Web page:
10:53 July 31, 2010 by whatzup
If just one Afghan or serviceman is killed as a result of these leaks then Daniel Schmitt and his arrogant cohorts should be thrown in the slammer. These Ellsberg wanabes need a long time in enforced seclusion to meditate about the consequences of providing aid to the enemy. Idiots.
12:35 July 31, 2010 by ReaderX
Well prufrock2010 It appears you have forgotten what you stated in post number 3.

"21:45 July 30, 2010 by Prufrock2010 Good for Wikileaks and those who toil on its behalf. Fact -based journalism might indeed make a comeback.? Then you post that you are not claiming such. Might want to get your stories together since the are not collaborating.

This is not journalism, journalism is taking a subject and researching the facts and presenting them. Not stealing information about anything and giving it away with no after thought. There is a difference regardless of your view on the war. There is no ethics in stealing information.

Your view is just that a view. I will not criticize you for it. However I am criticizing your belief that this guy (that stole information and gave it to someone else) is some sort of journalist. He is a criminal and most businesses would punish an employee who stole corporate secrets and gave them to the competition. It's the same thing.

Taking the Formula for Coca-Cola and giving it to Pepsi is theft. It is not journalism in the age of information.

While I can agree that the wars that are going on are not the brightest spot in the history of the U.S. It is not a service members job, duty, or responsibility to criticize it's nations involvement in wars. FYI in the US all service members volunteer and they know full well the possibility exists that they may be called to fight a war before they join. No one made them do so. They took an oath to obey the constitution and the orders of the officers appointed over them. And for anyone to join the service post 9/11 means that they accept that the nation is at war. Personally I believe if they joined then that means they not only understand that there is a war but accept the fact that what the military does, is right and just. Otherwise they would have not joined. It's the same as stating "Hey I don't like alcohol" while standing in a bar with a beer in hand. Doesn't make sense.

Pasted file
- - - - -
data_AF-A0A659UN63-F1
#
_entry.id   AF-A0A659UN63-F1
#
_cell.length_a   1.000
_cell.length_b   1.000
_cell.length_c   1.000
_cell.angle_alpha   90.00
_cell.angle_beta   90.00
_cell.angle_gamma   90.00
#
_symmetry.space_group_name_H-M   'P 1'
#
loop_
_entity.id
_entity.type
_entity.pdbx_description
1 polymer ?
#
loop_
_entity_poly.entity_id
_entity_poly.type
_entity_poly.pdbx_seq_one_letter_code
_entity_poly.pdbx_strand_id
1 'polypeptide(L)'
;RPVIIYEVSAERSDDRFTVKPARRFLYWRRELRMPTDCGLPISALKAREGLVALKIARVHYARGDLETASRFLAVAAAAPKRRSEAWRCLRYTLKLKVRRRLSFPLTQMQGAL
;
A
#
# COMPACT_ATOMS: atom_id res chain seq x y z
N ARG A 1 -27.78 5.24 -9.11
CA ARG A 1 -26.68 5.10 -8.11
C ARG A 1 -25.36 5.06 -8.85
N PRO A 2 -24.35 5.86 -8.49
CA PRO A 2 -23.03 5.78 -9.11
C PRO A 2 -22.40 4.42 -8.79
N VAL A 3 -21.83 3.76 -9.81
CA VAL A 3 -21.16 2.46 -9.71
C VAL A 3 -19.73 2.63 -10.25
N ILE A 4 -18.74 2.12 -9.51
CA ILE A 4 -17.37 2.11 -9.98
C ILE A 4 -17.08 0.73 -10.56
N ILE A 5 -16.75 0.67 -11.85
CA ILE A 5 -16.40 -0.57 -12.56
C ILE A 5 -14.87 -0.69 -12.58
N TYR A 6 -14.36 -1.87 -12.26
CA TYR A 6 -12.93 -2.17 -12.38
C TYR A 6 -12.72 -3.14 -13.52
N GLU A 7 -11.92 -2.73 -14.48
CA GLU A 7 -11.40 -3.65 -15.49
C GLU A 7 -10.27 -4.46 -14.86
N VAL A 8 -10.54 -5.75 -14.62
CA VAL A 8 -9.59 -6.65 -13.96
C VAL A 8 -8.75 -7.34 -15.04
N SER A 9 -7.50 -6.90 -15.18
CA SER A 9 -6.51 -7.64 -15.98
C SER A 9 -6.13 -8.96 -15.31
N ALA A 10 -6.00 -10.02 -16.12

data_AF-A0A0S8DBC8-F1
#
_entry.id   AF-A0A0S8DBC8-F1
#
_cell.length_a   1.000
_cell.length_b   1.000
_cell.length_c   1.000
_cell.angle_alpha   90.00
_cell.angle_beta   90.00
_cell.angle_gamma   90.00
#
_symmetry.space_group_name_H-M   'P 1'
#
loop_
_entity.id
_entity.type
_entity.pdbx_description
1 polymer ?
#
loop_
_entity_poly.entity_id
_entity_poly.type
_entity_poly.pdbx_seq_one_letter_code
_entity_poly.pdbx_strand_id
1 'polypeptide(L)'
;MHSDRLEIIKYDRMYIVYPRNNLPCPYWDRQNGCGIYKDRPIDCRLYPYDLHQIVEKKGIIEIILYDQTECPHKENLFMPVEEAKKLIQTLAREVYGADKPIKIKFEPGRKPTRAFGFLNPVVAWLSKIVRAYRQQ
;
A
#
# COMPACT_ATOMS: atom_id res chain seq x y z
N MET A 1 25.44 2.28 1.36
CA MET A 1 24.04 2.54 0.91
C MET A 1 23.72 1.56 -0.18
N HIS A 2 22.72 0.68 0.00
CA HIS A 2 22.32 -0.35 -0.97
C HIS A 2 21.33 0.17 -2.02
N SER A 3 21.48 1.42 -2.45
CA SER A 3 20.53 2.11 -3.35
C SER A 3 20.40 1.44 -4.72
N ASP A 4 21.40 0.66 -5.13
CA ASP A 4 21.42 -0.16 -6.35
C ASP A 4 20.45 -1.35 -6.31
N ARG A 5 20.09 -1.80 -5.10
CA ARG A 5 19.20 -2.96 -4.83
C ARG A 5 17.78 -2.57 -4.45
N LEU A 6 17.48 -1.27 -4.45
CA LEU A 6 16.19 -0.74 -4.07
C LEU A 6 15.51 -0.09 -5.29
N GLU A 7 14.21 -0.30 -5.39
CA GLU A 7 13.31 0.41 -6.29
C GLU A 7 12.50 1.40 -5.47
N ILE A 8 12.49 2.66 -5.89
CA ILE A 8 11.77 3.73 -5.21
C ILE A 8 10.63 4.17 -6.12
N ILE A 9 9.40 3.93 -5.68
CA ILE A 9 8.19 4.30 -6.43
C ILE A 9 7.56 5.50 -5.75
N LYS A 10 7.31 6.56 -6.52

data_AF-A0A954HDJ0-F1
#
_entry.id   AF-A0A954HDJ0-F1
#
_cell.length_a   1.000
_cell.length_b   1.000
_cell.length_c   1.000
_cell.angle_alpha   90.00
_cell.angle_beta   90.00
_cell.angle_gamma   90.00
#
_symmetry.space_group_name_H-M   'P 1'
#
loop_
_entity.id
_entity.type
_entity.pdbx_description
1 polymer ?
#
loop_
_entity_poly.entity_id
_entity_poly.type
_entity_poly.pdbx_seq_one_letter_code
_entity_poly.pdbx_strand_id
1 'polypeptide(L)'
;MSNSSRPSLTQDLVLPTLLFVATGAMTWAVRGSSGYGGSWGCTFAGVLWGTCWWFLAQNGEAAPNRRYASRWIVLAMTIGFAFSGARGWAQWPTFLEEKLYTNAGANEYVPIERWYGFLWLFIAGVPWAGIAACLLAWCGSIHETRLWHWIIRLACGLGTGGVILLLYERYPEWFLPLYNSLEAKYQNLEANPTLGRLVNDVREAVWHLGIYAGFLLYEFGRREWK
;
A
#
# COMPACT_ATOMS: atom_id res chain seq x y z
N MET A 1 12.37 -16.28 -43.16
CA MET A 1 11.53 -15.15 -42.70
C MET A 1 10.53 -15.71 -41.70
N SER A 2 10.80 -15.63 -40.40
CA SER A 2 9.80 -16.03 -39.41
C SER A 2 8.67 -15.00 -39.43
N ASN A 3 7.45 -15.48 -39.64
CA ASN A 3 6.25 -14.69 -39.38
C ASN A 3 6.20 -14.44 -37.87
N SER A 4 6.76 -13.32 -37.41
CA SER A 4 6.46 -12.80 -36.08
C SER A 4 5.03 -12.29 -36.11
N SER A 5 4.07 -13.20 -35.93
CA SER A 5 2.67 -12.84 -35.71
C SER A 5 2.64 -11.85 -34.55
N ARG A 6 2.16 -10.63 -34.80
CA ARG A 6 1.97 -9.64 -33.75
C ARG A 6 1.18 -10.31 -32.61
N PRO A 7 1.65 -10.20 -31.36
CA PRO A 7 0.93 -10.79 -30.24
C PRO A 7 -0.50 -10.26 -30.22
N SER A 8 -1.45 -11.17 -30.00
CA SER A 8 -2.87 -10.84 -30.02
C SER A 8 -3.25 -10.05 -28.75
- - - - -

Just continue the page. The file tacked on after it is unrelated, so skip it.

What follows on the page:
A rule is a rule. The problem with rules in any society is when a group feels as though those rules do not apply to them, or should be changed to suit them, and another group feels the same. Both feel as though they are right but which one is right?
14:14 July 31, 2010 by Prufrock2010
There is no inconsistency in what I wrote. Those who "toil" for Wikileaks are not the whistleblowers who provide Wikileaks with information. Wikileaks is a conduit, not a source, and it has every right to publish fact-based information that concerns the public interest, just as any news organization has.

Were it not for men and women of conscience, many atrocities like Abu Ghraib and the slaughter of innocent families might never have been revealed. A soldier may enlist for many reasons, but he or she doesn't check his conscience at the door of the enlistment office. The whistleblower in this case made public information that the US and NATO governments were fully aware of and kept secret in order to deceive their respective populations. This is hardly analogous to industrial espionage, stealing Coke's formula to sell to Pepsi. It is a matter of grave public concern, and the public has an absolute right to know what its military, its intelligence apparatus and its political leadership is doing in its name with its tax money. In the US and the NATO countries, the military is under the control of civilian authority. The military will always demand to operate under a veil of secrecy, but civilian authority does not have that luxury. It is accountable to the people, and the only way it can be held accountable is for the people to have access to the facts.

The US Congress just appropriated another $57 billion to prosecute this obscene nation-building exercise disguised as a war, and as a taxpayer I am entitled to know what I'm getting for my money. Or in this case, not getting.
22:32 July 31, 2010 by bernie1927